Women are sniffers. Women smell everything, and the universal response from the man in their life is “I don’t smell anything”. My wife can usually tell what I’ve been doing by my odor. What I’ve eaten, where I’ve been , who I’ve met is all downloaded and analysed in one sniff.
So I’m engaged in a constant battle to stink less. The problem is I sweat; I sweat lots, particularly while running. So after a long run I stink. Running teaches the body to sweat more and more efficiently, runners have more sweat glands. Luckily for me, smells that your nose encounters regularly aren’t obnoxious. Apparently you never smell yourself, the sense of smell adapts quickly so you won’t smell yourself after the first couple of minutes. Most people think that they never stink. But it’s all an illusion; we simply become accustomed and desensitised to things that are familiar. The brain actually adapts to bad smells, if it didn’t, it would be overloaded by the constant sensory input. However the reaction to scent varies. In fact the sense of smell may to be linked to personality traits – people who are more uptight are more sensitive to bad smells (Seo et al., 2013). Unfortunately for my wife, women consistently out-perform men on all tests of smelling ability (Sergeant, 2010; Novakova et al., 2013). So after a long run I’m banished to the utility room to get stripped. “Don’t forget to prewash”………. Pre wash – what’s a prewash? “And wash them at 60 degrees!!” So I’m left standing naked with my running gear in the washing machine whilst trying to choose the correct combinations of cycle and temperatures, hoping I’ve put the powder in the right tray!!!
But why do I sweat so much? In fact, sweating is just one of the several characteristics unique to humans which suggest endurance running played an important role in our evolution. Most land animals can outsprint humans over short distances — having four legs gives them the advantage. But over long distances, humans can outrun almost any animal because we cool ourselves by sweating rather than panting (Lieberman e Bramble, 2007). We can stay cool at speeds and distances that would overheat other animals. On a hot day a human has even outrun a horse in a marathon. The bad news for a runners family, co – workers and friends is the fitter one becomes during running training the more efficient you become at losing heat – so you sweat more and smell worse after your runs (Jay et al., 2011). More than a million humans run marathons voluntarily each year, sweating and endurance running is clearly something that identifies us as humans and we have evolved to be amazing at it. But evolution has not given some of us (men) the necessary skills to cope with the smelly aftermath and do the washing!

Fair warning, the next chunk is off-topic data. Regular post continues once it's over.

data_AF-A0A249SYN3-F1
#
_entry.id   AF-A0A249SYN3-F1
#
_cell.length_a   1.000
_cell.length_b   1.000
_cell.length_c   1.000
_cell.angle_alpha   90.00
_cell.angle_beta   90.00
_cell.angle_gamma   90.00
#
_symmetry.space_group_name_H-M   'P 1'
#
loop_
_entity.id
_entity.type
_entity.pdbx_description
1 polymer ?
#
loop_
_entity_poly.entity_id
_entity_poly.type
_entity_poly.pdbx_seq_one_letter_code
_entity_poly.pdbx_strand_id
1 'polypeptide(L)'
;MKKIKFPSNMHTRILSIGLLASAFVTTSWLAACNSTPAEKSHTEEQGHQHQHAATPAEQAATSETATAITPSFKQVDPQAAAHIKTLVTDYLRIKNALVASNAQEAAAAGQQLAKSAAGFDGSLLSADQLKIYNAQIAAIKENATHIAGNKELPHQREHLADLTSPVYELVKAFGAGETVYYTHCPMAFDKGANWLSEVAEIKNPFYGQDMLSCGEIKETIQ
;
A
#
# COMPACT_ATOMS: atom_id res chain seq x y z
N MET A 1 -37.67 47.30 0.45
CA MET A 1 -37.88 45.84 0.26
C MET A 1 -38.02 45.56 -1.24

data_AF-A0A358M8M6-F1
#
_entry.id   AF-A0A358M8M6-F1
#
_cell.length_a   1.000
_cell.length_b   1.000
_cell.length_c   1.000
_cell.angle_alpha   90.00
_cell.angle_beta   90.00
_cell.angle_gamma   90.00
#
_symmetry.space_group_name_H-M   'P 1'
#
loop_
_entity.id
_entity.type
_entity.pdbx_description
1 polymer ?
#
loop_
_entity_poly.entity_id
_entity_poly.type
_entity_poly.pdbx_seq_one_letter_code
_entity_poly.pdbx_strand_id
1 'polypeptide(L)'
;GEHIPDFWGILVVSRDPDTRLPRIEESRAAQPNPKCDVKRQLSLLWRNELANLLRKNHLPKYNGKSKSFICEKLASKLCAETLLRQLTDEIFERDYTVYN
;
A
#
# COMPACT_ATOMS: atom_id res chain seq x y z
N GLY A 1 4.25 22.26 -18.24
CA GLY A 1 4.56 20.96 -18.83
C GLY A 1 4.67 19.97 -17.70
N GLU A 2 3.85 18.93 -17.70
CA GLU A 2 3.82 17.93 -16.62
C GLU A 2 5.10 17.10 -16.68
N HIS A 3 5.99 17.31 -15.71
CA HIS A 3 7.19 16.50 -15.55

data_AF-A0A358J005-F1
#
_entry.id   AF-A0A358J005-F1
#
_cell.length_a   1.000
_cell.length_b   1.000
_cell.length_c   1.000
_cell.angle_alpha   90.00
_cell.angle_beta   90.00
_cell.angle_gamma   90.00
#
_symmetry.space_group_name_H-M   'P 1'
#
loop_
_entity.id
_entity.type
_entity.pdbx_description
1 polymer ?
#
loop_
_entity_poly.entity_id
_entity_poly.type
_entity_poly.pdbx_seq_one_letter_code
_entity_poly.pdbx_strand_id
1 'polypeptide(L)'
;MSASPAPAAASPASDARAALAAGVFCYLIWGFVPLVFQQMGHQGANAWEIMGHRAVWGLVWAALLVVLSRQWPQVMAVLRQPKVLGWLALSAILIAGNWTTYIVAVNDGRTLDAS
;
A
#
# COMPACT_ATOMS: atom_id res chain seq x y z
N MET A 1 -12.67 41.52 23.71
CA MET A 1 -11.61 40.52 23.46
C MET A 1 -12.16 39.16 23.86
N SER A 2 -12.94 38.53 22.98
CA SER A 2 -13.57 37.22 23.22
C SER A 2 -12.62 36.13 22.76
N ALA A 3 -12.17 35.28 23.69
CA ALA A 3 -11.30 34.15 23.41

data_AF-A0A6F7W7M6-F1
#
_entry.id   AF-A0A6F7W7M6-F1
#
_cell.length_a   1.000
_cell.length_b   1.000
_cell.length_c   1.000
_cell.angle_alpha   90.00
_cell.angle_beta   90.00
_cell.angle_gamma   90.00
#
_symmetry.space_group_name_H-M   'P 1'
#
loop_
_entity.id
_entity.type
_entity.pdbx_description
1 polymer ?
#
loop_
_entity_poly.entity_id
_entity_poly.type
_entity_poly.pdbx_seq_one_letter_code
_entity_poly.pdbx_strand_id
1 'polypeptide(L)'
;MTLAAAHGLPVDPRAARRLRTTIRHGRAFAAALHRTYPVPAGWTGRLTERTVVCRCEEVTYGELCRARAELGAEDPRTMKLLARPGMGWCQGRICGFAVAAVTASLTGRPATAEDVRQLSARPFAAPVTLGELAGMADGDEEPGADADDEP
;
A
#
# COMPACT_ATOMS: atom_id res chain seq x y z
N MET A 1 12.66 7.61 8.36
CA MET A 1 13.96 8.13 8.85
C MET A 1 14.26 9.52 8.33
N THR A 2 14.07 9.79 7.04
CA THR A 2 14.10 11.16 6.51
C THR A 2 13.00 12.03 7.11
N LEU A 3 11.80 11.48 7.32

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LIEBERMAN, D. E.; BRAMBLE, D. M. The evolution of marathon running : capabilities in humans. Sports Med, v. 37, n. 4-5, p. 288-90, 2007. ISSN 0112-1642 (Print)
NOVAKOVA, L.; VARELLA VALENTOVA, J.; HAVLICEK, J. Olfactory performance is predicted by individual sex-atypicality, but not sexual orientation. PLoS One, v. 8, n. 11, p. e80234, 2013. ISSN 1932-6203.
SEO, H. S.; LEE, S.; CHO, S. Relationships between personality traits and attitudes toward the sense of smell. Front Psychol, v. 4, p. 901, 2013. ISSN 1664-1078 (Print)
SERGEANT, M. J. Female perception of male body odor. Vitam Horm, v. 83, p. 25-45, 2010. ISSN 0083-6729 (Print)